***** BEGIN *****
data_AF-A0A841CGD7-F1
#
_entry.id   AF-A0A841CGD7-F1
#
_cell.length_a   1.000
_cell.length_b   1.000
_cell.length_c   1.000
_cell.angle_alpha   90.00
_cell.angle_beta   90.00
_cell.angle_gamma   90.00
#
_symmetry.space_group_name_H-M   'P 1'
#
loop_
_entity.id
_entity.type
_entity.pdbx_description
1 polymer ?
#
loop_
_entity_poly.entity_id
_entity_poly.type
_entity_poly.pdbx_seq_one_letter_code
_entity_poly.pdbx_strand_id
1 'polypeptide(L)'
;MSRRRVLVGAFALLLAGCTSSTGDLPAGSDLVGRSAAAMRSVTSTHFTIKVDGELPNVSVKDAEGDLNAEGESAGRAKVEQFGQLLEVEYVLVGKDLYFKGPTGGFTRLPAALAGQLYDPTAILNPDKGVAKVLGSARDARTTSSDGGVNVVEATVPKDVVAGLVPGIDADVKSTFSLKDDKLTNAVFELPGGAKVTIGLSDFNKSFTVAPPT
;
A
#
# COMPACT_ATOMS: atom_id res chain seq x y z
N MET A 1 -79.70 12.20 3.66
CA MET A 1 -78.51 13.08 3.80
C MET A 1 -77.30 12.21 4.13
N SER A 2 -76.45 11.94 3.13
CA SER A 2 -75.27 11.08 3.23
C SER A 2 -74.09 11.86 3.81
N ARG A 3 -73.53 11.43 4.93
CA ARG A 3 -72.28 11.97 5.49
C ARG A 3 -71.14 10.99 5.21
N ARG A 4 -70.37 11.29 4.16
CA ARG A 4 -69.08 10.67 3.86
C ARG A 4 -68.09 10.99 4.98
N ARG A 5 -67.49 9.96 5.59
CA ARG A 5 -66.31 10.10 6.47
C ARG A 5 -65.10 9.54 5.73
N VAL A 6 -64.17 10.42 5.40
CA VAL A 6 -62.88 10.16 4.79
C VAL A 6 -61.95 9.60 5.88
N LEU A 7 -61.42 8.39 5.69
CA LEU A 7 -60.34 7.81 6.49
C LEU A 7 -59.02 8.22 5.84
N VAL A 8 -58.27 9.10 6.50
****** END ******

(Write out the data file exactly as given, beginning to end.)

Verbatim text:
data_AF-A0A841CGD7-F1
#
_entry.id   AF-A0A841CGD7-F1
#
_cell.length_a   1.000
_cell.length_b   1.000
_cell.length_c   1.000
_cell.angle_alpha   90.00
_cell.angle_beta   90.00
_cell.angle_gamma   90.00
#
_symmetry.space_group_name_H-M   'P 1'
#
loop_
_entity.id
_entity.type
_entity.pdbx_description
1 polymer ?
#
loop_
_entity_poly.entity_id
_entity_poly.type
_entity_poly.pdbx_seq_one_letter_code
_entity_poly.pdbx_strand_id
1 'polypeptide(L)'
;MSRRRVLVGAFALLLAGCTSSTGDLPAGSDLVGRSAAAMRSVTSTHFTIKVDGELPNVSVKDAEGDLNAEGESAGRAKVEQFGQLLEVEYVLVGKDLYFKGPTGGFTRLPAALAGQLYDPTAILNPDKGVAKVLGSARDARTTSSDGGVNVVEATVPKDVVAGLVPGIDADVKSTFSLKDDKLTNAVFELPGGAKVTIGLSDFNKSFTVAPPT
;
A
#
# COMPACT_ATOMS: atom_id res chain seq x y z
N MET A 1 -79.70 12.20 3.66
CA MET A 1 -78.51 13.08 3.80
C MET A 1 -77.30 12.21 4.13
N SER A 2 -76.45 11.94 3.13
CA SER A 2 -75.27 11.08 3.23
C SER A 2 -74.09 11.86 3.81
N ARG A 3 -73.53 11.43 4.93
CA ARG A 3 -72.28 11.97 5.49
C ARG A 3 -71.14 10.99 5.21
N ARG A 4 -70.37 11.29 4.16
CA ARG A 4 -69.08 10.67 3.86
C ARG A 4 -68.09 10.99 4.98
N ARG A 5 -67.49 9.96 5.59
CA ARG A 5 -66.31 10.10 6.47
C ARG A 5 -65.10 9.54 5.73
N VAL A 6 -64.17 10.42 5.40
CA VAL A 6 -62.88 10.16 4.79
C VAL A 6 -61.95 9.60 5.88
N LEU A 7 -61.42 8.39 5.69
CA LEU A 7 -60.34 7.81 6.49
C LEU A 7 -59.02 8.22 5.84
N VAL A 8 -58.27 9.10 6.50